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Bush defends Iraq war in W.Va. visit

To applause, he calls freedom 'Almighty's gift'

CHARLESTON, W.Va. -- President Bush returned to the Mountain State to celebrate Independence Day, telling a spirited crowd yesterday that on its 228th birthday the nation is "moving forward with confidence and strength."

The president's 24-minute speech under the golden dome of the state Capitol focused heavily on the war on terrorism and the administration's push for democracy in Iraq and Afghanistan. He repeatedly praised US troops' efforts to secure those countries, which he said were necessary to America's security.

"On this Fourth of July, we confirm our love of freedom," Bush said. "But we also understand that freedom is not America's gift to the world; freedom is the Almighty God's gift to each man and woman in this world.

"And by serving that ideal, by never forgetting the values and the principles that have made this country so strong 228 years after our founding, we will bring hope to others and, at the same time, make America more secure," he said to loud applause.

Two years ago, in the first Independence Day observance after the Sept. 11, 2001, terrorists attacks on New York and the Pentagon, Bush visited Ripley, W.Va. Although West Virginia has five electoral votes, it is considered a swing state in this fall's presidential election, and yesterday's visit was Bush's third since April.

He carried West Virginia in 2000 by six percentage points, but job losses by steelworkers, which some attribute to Bush's decision to lift tariffs on imported steel two years ago, have cost him support. As Bush's motorcade approached the Capitol, dozens of supporters of Democratic challenger John F. Kerry lined the streets, waving campaign posters.

The crowd of several thousand that greeted Bush in the hot, thick air -- paramedics scrambled to rescue a few people who passed out -- enthusiastically chanted, "Four more years!" and wildly waved tiny replicas of Old Glory as he took the stage on the steps of the Capitol shortly before 1 p.m. They especially cheered when Bush spoke of America's resolve to stare down terrorists.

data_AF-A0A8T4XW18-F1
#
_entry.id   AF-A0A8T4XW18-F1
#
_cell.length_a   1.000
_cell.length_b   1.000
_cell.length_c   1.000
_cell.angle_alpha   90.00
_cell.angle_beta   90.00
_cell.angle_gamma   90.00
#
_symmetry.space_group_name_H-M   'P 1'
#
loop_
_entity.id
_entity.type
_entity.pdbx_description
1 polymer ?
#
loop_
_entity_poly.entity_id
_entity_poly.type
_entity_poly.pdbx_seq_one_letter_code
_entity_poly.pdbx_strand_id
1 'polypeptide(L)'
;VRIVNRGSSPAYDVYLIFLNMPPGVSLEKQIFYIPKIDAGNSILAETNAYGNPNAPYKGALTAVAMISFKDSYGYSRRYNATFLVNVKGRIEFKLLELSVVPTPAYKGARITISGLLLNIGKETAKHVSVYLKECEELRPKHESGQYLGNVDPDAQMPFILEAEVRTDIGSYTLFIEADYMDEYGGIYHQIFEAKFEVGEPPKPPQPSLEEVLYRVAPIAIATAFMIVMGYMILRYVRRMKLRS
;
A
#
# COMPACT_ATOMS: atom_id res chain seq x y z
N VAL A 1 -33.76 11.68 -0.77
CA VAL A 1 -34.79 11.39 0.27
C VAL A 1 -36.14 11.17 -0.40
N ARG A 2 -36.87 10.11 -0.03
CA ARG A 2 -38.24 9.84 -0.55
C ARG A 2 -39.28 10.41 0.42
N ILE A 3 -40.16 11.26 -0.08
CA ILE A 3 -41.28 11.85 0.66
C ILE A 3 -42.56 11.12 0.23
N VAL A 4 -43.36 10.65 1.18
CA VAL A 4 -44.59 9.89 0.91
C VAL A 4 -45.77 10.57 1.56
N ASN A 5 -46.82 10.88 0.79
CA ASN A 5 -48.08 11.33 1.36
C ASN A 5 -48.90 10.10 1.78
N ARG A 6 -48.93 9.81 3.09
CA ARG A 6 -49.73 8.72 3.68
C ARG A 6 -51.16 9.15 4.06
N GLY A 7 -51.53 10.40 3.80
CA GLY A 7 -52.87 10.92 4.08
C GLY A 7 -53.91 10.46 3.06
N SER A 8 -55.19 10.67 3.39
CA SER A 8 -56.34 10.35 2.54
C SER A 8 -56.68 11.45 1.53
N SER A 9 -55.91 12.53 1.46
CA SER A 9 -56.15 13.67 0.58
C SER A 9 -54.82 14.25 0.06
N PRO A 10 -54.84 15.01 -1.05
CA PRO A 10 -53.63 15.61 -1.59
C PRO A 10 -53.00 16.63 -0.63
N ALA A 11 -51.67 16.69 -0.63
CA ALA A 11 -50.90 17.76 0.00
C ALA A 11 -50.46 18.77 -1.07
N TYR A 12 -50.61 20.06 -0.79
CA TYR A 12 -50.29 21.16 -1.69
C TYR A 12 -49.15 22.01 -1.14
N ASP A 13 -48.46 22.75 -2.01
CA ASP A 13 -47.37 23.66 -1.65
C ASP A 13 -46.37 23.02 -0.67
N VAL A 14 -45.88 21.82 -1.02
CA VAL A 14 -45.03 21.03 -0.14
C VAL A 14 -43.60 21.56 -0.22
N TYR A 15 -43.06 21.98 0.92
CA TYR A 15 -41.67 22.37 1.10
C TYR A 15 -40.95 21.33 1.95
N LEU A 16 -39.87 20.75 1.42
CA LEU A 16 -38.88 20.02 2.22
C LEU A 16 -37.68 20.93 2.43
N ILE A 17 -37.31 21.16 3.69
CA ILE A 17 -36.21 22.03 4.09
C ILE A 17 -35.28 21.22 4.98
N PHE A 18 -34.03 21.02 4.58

"We made a decision, you see: We will engage these enemies in these countries and around the world so we do not have to face them here at home," Bush said, drawing applause, and prompting the audience to join in his speech.

"You can't talk sense to them," Bush said, referring to terrorists.

"Nooooo!" the audience roared.

"You can't negotiate with them."

"Nooooo!"

"We must be relentless and determined to do our duty," he concluded to sustained applause.

Bush's visit to Charleston was cut short by a mechanical glitch with Air Force One. The plane was flown to Hagerstown, Md., to pick up the president at nearby Camp David. But after Bush arrived about 9:45 a.m., the crew discovered a malfunctioning starter valve in the left engine. Bush waited an hour until a backup plane arrived. He did not leave Hagerstown until 11, when he was to have been at the Bible Center's morning services.

Bush said at the Capitol that he had assured the church's pastor, Shawn Thornton, "that I was looking forward to his sermon. . . . I missed it because the plane broke down." The audience laughed.

After Bush's speech, Bill Greaver, 51, an operating-room nurse who works for the Veterans Affairs Department, said he agrees the United States has a duty to help the Iraqi people.

Buck Flynn, a retired Verizon Communications worker who lives in Charleston, said Bush gave a "good speech, and I think he's done well. It's a tough job."

But Flynn, 66, a Democrat, said he probably will vote for Kerry. "I think he will take the country in a different direction, and I think the economy will be better under the Democrats," he said.

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